Christians are reminded that the victory can only be won by the Son of God; at best, they can only confirm their allegiance and obedience to God through their service. Throughout the poem Milton has tried to show two definitions of glory. The first lies in the assumption that war can bring glory to those who perform heroic deeds in its service. This is the view Satan holds, and is evidenced in his words to Abdiel, "But well thou com'st / Before thy fellows, ambitious to win / From me some plume" (vi, 159-161). The second defines glory not as something won, but something given.
He doesn't see the point of going over to another country and fighting for a piece of land. Equally Sassoon feels the same. However, Brooke feels very different about the state and attitude of war. "Under an English heaven" This tells us Brooke declares his love for England and suggests England shall win the war. He is very open in agreeing with ... ... middle of paper ... ...t, stark and delivers a message.
The poem has a remorseful theme of soldiers who deserve more respect for sacrificing their lives to protect their country, and the people who remain to cope and grieve after the loss of the soldiers. The tone, imagery, and mood of the poem amalgamate very well to create a poem that moves readers emotionally and illustrates Owen’s feelings toward the war. Before going into the analysis of the poem, some background on Wilfred Owen may be helpful in understanding the meanings behind his poem. Owen did not want to enlist due to religious convictions. He came from an extremely Christian background that made his views on war conflict with his patriotic views, but British propaganda also made him feel obliged to join the military and defend his country (War Poetry).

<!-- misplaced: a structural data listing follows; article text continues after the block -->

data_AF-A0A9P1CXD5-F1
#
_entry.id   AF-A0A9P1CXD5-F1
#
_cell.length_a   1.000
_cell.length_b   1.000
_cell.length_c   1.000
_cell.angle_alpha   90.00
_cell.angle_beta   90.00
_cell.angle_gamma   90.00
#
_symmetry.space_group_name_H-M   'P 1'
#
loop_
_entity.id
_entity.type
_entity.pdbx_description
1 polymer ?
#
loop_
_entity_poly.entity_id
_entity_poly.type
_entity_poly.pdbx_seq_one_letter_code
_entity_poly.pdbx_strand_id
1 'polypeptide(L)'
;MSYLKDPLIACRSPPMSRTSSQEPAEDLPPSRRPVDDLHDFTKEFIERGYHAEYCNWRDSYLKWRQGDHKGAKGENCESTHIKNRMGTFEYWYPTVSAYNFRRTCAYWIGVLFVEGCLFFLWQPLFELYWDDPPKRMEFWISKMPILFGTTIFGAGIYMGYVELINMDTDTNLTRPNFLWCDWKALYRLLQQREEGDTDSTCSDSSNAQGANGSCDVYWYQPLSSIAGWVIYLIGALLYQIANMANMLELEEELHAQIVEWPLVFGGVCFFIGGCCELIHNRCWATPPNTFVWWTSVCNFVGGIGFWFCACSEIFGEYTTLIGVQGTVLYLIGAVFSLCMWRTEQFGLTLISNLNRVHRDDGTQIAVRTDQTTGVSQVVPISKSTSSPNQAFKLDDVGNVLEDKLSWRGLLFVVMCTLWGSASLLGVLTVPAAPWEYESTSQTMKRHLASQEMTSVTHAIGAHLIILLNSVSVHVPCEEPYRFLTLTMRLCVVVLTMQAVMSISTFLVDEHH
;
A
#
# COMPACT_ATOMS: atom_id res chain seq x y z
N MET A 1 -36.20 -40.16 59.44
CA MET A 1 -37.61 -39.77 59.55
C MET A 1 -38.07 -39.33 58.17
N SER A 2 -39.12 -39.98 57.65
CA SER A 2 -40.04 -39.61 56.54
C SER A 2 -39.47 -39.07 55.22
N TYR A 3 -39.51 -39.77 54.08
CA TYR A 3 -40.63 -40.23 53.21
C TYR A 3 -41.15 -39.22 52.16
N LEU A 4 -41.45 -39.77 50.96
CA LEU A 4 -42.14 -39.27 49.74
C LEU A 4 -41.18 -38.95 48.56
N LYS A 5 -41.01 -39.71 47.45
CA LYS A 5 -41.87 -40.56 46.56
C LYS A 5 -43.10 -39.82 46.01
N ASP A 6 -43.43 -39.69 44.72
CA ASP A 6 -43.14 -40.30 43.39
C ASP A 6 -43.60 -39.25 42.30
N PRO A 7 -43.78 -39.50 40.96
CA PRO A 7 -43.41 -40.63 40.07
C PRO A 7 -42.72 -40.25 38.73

Boston: Pearson Prentice Hall, 2007. Print. Poe, Edgar Allan. “The Raven.” .” Prentice Hall Literature Grade Nine. Boston: Pearson Prentice Hall, 2007.
Poetry Foundation. Poetry Foundation, 2014. Web. 27 Apr. 2014.